cover image To Cook a Bear

To Cook a Bear

Mikael Niemi, trans. from the Swedish by Deborah Bragan-Turner. Penguin, $18 trade paper (432p) ISBN 978-0-14-313390-2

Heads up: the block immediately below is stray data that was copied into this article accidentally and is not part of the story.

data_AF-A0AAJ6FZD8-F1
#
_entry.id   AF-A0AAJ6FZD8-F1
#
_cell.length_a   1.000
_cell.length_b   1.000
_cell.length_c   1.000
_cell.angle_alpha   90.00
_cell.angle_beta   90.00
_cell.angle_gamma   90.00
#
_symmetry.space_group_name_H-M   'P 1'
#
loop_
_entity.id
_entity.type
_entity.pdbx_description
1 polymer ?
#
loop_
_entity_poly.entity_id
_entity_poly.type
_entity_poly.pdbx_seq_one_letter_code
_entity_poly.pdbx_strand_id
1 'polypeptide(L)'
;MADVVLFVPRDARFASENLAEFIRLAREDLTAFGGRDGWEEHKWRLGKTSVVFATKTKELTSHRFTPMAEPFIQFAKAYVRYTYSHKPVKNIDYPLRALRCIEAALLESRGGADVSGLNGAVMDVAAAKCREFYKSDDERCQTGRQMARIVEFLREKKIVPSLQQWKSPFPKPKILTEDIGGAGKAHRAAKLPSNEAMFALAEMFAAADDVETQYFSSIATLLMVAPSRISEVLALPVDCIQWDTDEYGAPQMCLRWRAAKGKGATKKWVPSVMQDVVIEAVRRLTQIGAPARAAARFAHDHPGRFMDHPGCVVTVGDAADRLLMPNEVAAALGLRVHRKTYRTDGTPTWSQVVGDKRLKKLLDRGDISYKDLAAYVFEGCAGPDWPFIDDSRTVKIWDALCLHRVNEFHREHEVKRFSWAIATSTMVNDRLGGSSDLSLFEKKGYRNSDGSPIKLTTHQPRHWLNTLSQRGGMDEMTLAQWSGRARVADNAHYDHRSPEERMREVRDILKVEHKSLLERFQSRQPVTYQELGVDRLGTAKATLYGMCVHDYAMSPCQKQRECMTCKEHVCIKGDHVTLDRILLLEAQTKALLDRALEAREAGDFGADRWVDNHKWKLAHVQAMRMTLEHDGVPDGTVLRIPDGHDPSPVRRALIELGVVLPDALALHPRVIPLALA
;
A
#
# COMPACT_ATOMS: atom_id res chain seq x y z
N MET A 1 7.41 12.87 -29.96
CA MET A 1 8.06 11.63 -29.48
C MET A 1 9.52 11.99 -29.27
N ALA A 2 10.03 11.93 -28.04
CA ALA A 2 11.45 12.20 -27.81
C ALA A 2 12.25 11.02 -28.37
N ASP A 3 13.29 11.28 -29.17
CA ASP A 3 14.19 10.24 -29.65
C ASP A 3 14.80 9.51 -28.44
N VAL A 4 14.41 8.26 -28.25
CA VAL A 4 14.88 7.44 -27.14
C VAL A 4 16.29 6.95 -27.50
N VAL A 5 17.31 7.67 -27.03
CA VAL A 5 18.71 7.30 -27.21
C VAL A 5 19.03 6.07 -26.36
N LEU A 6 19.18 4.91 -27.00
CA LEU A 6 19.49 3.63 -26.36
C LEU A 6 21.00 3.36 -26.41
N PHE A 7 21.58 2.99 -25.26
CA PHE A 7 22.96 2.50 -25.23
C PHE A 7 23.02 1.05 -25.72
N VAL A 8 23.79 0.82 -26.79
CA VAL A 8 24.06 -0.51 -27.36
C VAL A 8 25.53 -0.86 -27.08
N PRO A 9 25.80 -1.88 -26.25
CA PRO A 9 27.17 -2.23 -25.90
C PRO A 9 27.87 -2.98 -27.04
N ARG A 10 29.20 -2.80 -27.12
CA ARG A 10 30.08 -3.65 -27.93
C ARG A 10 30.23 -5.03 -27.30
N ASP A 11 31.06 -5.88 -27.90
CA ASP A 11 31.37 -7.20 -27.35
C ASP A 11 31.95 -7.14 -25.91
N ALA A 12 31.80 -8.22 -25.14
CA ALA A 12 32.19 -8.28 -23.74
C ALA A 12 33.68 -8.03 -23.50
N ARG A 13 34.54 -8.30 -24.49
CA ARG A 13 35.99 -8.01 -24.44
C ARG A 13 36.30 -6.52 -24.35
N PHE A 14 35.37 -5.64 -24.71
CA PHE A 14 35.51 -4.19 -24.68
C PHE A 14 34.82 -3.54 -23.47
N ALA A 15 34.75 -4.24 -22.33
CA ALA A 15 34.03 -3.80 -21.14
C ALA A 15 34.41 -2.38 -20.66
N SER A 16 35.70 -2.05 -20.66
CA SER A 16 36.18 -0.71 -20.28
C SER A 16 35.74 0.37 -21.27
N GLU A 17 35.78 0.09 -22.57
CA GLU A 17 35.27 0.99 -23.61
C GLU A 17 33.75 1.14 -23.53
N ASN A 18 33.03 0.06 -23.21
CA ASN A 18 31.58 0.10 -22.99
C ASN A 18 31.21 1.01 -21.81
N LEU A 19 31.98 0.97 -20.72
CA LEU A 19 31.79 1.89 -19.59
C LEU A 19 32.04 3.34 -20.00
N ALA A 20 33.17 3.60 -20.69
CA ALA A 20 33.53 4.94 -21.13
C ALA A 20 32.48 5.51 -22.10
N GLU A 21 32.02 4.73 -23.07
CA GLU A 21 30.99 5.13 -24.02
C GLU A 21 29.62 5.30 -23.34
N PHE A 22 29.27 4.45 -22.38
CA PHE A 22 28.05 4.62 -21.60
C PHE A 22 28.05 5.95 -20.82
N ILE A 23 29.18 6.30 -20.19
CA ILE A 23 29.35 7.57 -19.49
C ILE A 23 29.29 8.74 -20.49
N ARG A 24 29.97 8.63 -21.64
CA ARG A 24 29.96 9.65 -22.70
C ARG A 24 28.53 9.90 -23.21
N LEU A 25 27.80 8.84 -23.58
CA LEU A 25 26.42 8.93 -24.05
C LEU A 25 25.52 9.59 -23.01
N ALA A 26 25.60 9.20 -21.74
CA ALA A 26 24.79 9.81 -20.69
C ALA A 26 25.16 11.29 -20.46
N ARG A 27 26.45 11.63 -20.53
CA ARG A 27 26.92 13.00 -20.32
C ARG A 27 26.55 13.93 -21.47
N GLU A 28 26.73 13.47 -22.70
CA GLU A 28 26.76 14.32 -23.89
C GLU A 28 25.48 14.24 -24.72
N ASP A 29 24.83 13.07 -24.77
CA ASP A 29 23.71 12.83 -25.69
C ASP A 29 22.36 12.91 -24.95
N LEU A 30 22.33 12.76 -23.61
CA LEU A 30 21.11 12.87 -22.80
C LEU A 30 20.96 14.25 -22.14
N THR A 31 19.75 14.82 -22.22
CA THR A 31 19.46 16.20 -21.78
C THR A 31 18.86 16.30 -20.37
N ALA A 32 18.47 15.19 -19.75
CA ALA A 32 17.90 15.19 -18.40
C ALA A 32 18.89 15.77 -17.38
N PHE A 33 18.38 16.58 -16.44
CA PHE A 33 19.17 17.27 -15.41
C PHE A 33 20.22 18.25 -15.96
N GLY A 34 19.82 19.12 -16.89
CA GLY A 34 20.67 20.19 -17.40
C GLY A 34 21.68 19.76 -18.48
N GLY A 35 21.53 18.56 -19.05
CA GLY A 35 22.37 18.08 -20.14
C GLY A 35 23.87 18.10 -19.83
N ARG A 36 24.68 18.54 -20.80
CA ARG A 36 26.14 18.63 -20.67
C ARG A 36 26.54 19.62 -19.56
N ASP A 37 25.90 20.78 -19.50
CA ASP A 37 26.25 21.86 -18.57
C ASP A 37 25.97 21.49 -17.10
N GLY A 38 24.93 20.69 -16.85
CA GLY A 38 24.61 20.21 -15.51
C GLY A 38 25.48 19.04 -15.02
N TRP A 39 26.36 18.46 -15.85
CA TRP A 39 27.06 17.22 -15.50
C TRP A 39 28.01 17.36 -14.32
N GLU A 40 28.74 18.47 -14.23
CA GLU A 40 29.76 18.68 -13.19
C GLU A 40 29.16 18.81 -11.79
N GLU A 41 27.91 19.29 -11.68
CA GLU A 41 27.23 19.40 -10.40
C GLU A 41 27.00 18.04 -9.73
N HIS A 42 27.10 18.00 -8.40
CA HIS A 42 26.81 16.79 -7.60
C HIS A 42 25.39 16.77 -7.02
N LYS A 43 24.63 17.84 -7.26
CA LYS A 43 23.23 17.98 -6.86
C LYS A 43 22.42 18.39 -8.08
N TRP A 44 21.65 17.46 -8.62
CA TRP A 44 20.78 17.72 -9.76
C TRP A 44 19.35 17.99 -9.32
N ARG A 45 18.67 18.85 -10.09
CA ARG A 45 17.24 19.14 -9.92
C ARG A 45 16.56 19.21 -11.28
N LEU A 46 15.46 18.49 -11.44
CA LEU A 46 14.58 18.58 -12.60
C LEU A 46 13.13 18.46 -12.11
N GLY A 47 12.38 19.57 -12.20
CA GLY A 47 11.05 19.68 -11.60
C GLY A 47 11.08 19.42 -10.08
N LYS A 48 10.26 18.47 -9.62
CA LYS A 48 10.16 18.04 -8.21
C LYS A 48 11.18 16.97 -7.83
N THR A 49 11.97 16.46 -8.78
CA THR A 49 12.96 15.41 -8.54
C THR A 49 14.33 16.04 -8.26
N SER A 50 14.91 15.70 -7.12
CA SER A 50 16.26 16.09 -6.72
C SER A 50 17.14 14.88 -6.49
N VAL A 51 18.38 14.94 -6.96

Swedish author Niemi (Popular Music from Vittula) draws on classic murder mystery elements for a sumptuous, deeply informed historical account of 19th-century Lutheran revivalist Lars Levi Laestadius and his adopted son, Jussi, a Sami runaway who narrates most of the novel. After his education, influential teetotaler Laestadius returns to his native Kengis in northern Sweden to minister to the nomadic Sami people, driven by a mission to help end the alcoholism that has affected them over the past few decades. As a crime spree hits the village, with bodies piling up at a precipitous rate, the local authorities attribute the deaths to bear attacks, accidents, or suicides. Laestadius draws on his powers of observation as a botanist to investigate the cases, one of which plays out as a traditional locked room murder. The preacher enlists the aid of Jussi, who Laestadius taught to read and write, and who eventually becomes the target of suspicion among the villagers once they realize foul play is involved. While the plot isn’t likely to leave mystery aficionados baffled, it provides a lively framework for a story that, in other hands might have been devoted to sermon writing and leaf examination. Niemi’s sensitive approach to cultural differences and sharp interest in period details make this worthwhile. (Jan.)